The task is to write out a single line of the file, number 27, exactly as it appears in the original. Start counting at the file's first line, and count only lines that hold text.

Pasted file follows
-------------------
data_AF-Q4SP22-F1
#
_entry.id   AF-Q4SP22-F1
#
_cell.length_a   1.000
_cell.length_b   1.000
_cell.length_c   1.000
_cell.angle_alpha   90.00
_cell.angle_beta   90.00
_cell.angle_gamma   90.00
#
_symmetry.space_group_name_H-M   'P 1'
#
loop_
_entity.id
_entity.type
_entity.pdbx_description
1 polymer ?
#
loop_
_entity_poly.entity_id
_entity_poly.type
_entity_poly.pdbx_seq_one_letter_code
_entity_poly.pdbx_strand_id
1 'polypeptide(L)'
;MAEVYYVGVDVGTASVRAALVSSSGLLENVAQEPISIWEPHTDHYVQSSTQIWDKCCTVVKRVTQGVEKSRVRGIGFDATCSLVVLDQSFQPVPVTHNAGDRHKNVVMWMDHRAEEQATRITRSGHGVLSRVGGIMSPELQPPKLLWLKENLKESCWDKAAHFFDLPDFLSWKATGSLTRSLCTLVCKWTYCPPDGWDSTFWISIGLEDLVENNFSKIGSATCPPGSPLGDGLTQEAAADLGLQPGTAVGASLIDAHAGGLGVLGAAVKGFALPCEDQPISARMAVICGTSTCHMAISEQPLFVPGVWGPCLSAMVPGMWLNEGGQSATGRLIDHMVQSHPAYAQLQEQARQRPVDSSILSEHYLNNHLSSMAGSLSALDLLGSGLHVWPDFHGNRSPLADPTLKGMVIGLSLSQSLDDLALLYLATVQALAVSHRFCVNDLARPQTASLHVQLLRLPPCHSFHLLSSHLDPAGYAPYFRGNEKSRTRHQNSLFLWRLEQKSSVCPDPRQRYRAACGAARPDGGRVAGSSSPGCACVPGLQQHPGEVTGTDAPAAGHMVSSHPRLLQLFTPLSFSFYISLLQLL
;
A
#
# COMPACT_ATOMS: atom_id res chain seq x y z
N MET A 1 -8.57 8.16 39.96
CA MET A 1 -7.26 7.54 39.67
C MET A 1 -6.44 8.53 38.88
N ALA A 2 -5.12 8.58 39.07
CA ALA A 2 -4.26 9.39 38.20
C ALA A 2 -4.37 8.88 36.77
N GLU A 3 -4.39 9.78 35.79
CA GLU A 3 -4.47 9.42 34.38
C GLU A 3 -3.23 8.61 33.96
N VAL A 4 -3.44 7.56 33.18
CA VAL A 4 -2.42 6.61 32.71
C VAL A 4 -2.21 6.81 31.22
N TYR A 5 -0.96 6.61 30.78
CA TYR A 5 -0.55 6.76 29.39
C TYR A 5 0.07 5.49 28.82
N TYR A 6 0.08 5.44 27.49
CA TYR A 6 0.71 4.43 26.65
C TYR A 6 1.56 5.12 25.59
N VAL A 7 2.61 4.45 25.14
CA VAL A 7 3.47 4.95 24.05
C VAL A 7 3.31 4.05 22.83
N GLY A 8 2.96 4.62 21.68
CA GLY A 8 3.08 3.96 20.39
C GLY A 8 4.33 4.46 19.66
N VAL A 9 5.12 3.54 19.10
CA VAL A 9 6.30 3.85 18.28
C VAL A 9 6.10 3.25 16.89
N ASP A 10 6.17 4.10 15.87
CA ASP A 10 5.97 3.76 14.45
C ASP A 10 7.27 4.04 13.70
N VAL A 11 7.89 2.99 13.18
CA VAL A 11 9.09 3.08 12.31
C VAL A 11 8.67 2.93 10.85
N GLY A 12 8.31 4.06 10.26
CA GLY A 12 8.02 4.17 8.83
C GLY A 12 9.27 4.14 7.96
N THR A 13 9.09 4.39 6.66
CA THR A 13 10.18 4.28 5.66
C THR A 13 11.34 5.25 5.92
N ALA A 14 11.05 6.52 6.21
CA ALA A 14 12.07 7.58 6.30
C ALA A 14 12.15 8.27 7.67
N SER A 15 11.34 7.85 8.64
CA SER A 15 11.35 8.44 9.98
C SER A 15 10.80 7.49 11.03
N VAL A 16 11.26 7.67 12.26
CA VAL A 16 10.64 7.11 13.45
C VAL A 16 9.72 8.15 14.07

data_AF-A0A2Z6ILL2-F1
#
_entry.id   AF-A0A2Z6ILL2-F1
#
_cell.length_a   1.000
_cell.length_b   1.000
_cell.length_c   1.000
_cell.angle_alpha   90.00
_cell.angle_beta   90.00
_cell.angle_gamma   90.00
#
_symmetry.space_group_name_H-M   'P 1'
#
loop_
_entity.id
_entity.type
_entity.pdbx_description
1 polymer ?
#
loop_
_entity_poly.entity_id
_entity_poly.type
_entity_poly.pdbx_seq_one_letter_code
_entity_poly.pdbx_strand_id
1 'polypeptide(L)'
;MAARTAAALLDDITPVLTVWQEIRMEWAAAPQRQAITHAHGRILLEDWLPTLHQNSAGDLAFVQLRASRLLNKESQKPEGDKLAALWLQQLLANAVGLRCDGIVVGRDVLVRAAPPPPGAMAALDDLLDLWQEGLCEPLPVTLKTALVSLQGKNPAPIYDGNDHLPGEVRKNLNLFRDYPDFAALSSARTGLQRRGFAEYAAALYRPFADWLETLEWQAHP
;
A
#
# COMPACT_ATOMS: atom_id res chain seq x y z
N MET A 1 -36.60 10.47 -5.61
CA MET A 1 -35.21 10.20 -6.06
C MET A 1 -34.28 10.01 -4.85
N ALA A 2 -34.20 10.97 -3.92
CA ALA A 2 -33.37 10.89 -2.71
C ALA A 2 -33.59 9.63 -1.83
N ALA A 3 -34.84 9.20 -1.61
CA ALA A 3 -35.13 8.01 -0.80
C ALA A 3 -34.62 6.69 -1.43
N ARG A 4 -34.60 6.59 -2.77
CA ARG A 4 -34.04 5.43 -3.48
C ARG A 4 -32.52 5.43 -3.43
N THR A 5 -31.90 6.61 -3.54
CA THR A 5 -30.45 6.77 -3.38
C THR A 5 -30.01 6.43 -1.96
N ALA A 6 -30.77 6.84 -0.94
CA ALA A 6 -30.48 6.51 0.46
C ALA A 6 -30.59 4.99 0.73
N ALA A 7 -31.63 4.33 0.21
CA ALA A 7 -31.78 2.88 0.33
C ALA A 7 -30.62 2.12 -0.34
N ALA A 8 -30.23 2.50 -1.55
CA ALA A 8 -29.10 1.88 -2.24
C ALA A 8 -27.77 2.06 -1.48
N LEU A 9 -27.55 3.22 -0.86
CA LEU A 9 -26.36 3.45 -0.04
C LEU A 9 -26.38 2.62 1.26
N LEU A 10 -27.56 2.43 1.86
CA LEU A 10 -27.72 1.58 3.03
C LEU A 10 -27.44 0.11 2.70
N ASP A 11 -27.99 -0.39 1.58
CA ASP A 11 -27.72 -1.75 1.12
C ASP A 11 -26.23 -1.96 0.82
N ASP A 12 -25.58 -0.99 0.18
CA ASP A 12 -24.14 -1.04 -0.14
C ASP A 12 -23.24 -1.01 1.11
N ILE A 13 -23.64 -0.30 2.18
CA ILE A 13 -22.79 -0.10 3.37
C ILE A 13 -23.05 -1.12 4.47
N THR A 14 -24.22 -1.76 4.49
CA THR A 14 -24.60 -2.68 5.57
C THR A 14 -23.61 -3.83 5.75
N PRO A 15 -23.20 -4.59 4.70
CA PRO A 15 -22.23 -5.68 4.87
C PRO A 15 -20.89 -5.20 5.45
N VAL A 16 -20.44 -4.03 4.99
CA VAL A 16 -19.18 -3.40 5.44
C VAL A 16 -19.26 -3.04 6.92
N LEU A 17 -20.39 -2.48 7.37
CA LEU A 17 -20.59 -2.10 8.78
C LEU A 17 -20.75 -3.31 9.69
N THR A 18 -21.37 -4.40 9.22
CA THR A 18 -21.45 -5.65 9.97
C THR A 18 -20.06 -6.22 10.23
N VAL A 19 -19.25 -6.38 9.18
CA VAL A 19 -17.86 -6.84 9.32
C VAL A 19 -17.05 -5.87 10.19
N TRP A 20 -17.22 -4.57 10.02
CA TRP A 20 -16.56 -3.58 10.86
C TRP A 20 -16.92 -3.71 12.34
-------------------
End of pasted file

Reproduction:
;